How will paying off my mortgage affect my credit rating?

Q. My mortgage is almost paid off, I have a $ 10,000 car loan and a small credit card debt. My credit score is 830. How will paying off the mortgage affect my score? I am also thinking of taking out a Home Equity Line of Credit (HELOC). Should I do this before or after paying off the mortgage?

– Happy owner

A. Paying off a mortgage is celebratory, and congratulations are absolutely in order.

Your high credit score is also admirable.

The score is based on a number of criteria, including the credit mix you have, said Claudia Mott, certified financial planner at Epona Financial Solutions in Basking Ridge.

While your credit mix only makes up a small percentage of your 10 percent credit score, the fact that installment loans and credit cards contribute to the math, she said.

Mott said the most important elements of a credit score – 25 percent payment history and 30 percent due amounts – are the most important factors.

“Without a doubt, you were on time with your payments and didn’t have large credit card balances,” Mott said. “Because a mortgage is an installment loan and is repaid over time, your credit score will not be greatly affected by the repayment if it changes at all.

The fact that you also have an auto loan can actually keep your score from changing because it positively contributes to the credit mix, she said.

Mott said you might want to buy HELOC before you pay off the mortgage.

“Although there shouldn’t be any significant change in your credit score due to pay off your mortgage, going through the application process knowing what your score is can get you the best rates and terms a bank is willing to offer, ”she said. “Credit reports are often pulled when a consumer requests credit and the result can be a reduction in the value of the score, so it’s worth making the most of your large number. “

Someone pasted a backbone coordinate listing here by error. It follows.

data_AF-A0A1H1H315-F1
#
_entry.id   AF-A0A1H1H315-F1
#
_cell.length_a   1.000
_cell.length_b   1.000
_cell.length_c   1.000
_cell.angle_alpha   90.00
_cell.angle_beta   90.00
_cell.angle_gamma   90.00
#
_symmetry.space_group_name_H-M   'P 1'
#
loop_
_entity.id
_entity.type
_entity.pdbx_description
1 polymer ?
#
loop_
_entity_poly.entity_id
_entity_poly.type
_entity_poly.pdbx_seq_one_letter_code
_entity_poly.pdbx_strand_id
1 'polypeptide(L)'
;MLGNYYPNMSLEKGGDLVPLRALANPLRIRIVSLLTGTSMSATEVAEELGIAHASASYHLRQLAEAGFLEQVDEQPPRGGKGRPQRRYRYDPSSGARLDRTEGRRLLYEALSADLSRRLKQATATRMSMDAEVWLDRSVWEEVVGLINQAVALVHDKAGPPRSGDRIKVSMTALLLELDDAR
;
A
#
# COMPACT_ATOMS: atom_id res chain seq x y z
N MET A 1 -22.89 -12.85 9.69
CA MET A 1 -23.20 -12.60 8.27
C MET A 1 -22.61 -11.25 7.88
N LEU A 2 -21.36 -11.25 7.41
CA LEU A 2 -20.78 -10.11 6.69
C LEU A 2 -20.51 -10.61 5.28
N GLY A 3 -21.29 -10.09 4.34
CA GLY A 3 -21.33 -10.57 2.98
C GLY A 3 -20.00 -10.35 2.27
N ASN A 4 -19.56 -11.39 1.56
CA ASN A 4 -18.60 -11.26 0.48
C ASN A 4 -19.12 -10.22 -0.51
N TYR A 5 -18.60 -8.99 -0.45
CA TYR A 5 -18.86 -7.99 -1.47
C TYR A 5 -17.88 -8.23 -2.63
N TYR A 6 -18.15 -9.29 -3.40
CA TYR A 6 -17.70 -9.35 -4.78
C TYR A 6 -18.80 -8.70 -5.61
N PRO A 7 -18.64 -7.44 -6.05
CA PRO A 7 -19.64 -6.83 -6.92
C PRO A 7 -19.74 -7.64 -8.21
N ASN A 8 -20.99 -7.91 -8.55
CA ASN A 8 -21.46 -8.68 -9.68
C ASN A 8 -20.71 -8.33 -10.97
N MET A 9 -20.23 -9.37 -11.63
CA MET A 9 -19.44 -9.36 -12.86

The HELOC will not be viewed as an installment loan, but rather as a credit card or revolving line of credit, she said. Therefore, as you use HELOC, your credit utilization rate will change. This ratio contributes 30% of your credit score, Mott said, noting that it’s best to keep the ratio well below 30% so that it doesn’t negatively impact your score.

“Maintaining a credit score as high as yours comes from having a long history of on-time payments, your credit usage remains well within acceptable limits, and you have a variety of credits available over the course of your life. life, ”Mott said. “You may want to close a unused credit card to tidy up your financial life, but it will likely impact your credit usage rate, so make sure your usage on other cards is very low.

Once you have made your last mortgage payment, Mott said, it’s a good time to think about how you could use those dollars for a savings goal.

“This is money you didn’t have to spend in the past and which could perhaps be used to bolster your emergency savings fund, retirement account, home improvement project, or home improvement project. other long-term wishlist item, ”she said.

Email your questions to [email protected].

Karin Price Mueller writes on Bamboo column for NJ Advance Media and is the founder of Follow NJMoneyHelp on Twitter @NJMoneyHelp. Find NJMoneyHelp on Facebook. Register for‘s weekly electronic newsletter.

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About Douglas Mackenzie

Douglas Mackenzie

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